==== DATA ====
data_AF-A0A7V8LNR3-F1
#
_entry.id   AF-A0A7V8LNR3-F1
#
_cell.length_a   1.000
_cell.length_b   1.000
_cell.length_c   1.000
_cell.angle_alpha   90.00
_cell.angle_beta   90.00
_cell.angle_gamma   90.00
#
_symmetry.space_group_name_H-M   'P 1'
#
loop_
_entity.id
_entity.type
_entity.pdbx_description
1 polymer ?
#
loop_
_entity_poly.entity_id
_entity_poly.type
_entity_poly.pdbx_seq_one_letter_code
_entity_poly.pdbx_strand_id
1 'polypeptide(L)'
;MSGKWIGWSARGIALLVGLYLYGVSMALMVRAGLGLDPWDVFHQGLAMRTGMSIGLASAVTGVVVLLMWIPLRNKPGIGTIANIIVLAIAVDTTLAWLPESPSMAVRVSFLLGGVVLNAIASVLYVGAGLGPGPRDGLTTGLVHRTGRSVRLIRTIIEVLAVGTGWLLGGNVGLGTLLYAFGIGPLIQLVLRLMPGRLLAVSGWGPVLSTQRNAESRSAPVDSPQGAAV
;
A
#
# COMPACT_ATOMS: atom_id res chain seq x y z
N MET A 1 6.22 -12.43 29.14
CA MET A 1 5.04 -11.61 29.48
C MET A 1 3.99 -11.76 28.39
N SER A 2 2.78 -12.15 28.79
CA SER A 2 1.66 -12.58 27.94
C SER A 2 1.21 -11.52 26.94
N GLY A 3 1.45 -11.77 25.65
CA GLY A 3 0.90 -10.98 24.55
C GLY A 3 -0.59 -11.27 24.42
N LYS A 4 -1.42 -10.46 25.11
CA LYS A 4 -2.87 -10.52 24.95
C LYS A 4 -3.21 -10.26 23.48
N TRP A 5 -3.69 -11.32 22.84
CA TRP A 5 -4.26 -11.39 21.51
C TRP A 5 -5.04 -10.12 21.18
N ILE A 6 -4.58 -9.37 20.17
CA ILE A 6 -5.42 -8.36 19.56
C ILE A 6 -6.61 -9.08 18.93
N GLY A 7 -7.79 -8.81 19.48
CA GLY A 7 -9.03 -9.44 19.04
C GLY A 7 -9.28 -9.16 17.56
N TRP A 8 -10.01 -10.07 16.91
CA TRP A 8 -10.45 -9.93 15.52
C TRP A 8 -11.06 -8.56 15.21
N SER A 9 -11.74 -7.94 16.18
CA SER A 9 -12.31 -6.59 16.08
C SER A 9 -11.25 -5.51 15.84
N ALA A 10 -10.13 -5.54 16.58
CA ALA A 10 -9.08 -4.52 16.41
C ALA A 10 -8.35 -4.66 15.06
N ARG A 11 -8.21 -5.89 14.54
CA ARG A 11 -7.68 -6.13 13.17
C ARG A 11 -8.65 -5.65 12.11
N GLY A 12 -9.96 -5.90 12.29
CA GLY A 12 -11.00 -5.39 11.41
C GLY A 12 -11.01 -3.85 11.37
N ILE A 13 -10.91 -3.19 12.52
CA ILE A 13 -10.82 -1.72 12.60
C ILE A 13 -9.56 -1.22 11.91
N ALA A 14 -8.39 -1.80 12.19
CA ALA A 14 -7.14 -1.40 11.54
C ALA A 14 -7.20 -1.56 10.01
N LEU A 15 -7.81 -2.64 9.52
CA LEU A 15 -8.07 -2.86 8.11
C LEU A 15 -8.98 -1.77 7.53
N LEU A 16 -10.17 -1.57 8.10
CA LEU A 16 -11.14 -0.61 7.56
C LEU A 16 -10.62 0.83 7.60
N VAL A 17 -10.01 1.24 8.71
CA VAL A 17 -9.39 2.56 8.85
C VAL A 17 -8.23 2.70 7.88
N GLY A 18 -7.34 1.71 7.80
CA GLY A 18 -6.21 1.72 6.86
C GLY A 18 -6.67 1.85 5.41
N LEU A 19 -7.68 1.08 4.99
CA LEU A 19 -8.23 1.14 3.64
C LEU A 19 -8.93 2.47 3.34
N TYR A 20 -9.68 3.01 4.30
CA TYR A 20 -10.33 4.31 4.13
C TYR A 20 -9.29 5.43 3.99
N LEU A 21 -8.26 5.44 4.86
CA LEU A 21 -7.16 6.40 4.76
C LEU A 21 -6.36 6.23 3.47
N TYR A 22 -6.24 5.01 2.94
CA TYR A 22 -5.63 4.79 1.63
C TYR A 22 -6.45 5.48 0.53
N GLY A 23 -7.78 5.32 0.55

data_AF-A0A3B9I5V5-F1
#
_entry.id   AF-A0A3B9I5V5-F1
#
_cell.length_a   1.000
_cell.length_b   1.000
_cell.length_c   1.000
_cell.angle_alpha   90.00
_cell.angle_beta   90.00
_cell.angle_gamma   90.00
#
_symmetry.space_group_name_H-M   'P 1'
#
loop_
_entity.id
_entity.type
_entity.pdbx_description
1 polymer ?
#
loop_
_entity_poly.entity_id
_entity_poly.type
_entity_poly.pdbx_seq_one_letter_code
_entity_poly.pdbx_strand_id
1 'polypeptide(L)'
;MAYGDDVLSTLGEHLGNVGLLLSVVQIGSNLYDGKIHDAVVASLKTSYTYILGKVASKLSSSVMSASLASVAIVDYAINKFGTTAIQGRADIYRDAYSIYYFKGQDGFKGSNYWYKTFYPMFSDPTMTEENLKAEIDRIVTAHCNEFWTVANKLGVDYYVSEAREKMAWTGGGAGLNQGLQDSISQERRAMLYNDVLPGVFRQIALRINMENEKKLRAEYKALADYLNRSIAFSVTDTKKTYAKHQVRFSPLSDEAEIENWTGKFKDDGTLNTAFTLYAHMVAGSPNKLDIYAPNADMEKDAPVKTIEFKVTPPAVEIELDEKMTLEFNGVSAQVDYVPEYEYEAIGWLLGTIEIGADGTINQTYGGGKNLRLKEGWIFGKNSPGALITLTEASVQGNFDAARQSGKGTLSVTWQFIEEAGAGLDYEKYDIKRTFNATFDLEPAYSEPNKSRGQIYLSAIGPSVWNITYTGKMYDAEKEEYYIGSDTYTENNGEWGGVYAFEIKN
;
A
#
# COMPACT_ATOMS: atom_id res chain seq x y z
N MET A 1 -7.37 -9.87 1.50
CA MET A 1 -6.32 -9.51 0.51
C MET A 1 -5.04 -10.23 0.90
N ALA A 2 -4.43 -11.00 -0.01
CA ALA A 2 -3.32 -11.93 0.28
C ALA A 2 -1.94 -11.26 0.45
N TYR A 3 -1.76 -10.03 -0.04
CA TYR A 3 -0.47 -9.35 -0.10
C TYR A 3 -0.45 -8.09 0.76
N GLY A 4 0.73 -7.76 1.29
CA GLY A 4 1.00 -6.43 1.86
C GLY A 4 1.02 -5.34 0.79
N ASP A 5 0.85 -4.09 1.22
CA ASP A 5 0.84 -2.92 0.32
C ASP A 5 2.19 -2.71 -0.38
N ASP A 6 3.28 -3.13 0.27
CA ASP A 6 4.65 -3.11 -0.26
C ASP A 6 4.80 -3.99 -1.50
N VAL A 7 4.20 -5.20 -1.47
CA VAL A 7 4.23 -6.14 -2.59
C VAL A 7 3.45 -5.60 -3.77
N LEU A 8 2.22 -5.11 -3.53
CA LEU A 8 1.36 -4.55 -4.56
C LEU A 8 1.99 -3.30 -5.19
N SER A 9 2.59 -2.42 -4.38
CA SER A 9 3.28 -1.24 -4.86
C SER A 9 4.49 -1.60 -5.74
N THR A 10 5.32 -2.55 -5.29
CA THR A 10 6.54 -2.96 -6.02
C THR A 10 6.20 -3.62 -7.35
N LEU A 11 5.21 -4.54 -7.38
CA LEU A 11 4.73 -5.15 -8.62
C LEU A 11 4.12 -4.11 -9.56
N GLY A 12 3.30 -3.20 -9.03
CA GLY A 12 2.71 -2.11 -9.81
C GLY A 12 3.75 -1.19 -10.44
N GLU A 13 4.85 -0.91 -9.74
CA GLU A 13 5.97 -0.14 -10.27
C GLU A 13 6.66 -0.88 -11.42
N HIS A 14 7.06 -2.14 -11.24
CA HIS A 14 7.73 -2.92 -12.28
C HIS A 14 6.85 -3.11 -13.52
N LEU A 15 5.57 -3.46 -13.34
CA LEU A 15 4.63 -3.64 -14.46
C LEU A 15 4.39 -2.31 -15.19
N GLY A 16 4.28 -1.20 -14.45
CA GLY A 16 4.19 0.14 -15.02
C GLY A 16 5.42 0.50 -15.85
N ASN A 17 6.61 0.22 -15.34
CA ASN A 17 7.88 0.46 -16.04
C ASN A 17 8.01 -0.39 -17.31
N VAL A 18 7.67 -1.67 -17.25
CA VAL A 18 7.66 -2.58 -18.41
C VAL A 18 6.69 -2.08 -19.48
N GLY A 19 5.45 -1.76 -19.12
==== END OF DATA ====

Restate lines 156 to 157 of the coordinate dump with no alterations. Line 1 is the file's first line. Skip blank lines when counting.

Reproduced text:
CA THR A 10 6.54 -2.96 -6.02
C THR A 10 6.20 -3.62 -7.35